At the end of the ritual, the villagers gathered up their baskets and went outside.  The villagers scattered throughout the Wat grounds selecting specific trees to stop at.  My mother-in-law selected a large bohdi tree (Ficus religiosa).  She squatted down next to the exposed roots of the sacred tree.  It is considered sacred because it is said that Buddha sat under bohdi trees while meditating.  Yai Puh, Grandmother Puh, laid out food for the spirits of deceased family members.  The food was placed upon banana leaves an consisted of peeled fruits, sticky rice, chili sauces, dried fish, and other typical Isaan foods.  Off to the side was a banana leaf with betel-nut chewing items.  After the foods were laid out, water was poured over them as the family members said things along the lines of "You come down now to eat.  Good for you.  I miss you.  You look after family.  Good luck for you.  You go back up to Buddha. Santa Claus take care of you"  Santa Claus?

Feeding the Family Spirits
I think that Duang is trying to help me to understand the ritual in terms that I can better relate to.  I sincerely doubt that any of the villagers there this morning know about "Santa Claus" let alone in the context that Duang refers to him.

Five years ago we were in Bangkok for Christmas.  I woke before Duang on Christmas morning.  I took one of her socks, placed some money in it and since the hotel did not have a fireplace in our room, hung her sock from the large flat screen television.  When she woke I explained to her the story of Jesus's birth, the three Kings and Santa Claus.  What is the saying about throwing things up against the wall to see what sticks? The "Santa Claus" part of my explanation of Christianity is what Duang has retained.  To her, Santa Claus, is Christianity's supreme being or spirit, - the guy that makes all things happen, the entity that you pray to for favors.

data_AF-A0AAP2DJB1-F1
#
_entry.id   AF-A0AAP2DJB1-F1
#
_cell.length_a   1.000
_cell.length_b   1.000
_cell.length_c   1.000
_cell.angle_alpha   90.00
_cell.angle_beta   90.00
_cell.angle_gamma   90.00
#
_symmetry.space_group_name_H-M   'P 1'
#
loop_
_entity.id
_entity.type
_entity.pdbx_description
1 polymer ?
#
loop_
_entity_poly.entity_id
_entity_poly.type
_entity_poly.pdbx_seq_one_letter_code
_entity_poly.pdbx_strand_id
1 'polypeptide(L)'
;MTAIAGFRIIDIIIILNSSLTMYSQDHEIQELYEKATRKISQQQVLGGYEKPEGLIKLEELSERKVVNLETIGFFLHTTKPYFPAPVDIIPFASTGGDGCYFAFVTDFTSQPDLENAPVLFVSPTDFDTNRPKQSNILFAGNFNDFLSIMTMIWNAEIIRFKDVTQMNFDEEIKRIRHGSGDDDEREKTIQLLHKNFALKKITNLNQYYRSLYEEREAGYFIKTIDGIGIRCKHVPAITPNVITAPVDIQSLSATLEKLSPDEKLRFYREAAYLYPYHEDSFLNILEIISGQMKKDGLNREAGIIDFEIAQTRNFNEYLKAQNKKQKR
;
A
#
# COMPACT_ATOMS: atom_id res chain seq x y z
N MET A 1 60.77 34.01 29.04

So in that context, I believe that she was helping me to understand that the people were beseeching the supreme power to look after the departed spirits.

Offerings to the Hungry Ghosts At the Base
of Bodhi Tree (Ficus religiosa)
The offerings to the spirits also included two lit yellow candles and two sprigs of "dogkhut" - I suspect Thai jasmine buds.  When offerings are made to Buddha, three of each item are offered - one for Buddha, one for the teachings of Buddha (Dhamma), and one for the Buddhist religious community (Sanga).  For spirits the offerings are in pairs.

Food Offering to the Hungry Spirits
After the family spirits had been offered food and drink, the people hung filled thin banana leaf packets in the trees throughout the grounds.  The banana packets contained food offerings to the other spirits.

After a while, perhaps ten minutes, one of the men rang the Wat large bell three times signifying that the spirits had completed eating.  The small banana leaf packets were removed from the trees and returned to the family baskets.  The packets will later be placed in the sugar cane fields, rice paddies, and other lands to feed the spirits (ghosts)  that inhabit them.  In return for feeding the hungry ghosts, the people ask that the spirits watch over the land and its crops bringing success as well as good luck to the owners.

The villagers returned to the sala to have a community meal with the food leftover from the offerings to the Monks.  There is always too much food offered to the Monks and since they are allowed to take only what they can eat that morning for their one meal of the day.  The food, that the Monks have not taken, is eaten by the laypeople in a community meal in the sala after the Monks have left.

Young Villager Enjoying the Community Meal
We returned to our home for a relaxing afternoon.  In the late afternoon, Duang offered food and drink outside to the spirits of our land.  After dinner she put on her religious attire and performed her nightly Vassa ritual which lasts about one hour.

Duang's Nightly Vassa Ritual
Life goes on here in Isaan measured in part by the seasons of the crops and the cycle of religious events.  Whether it is the seasons of the crops, the cycle of religious events, or personal life milestones, life here always is interesting and is often "enlightening".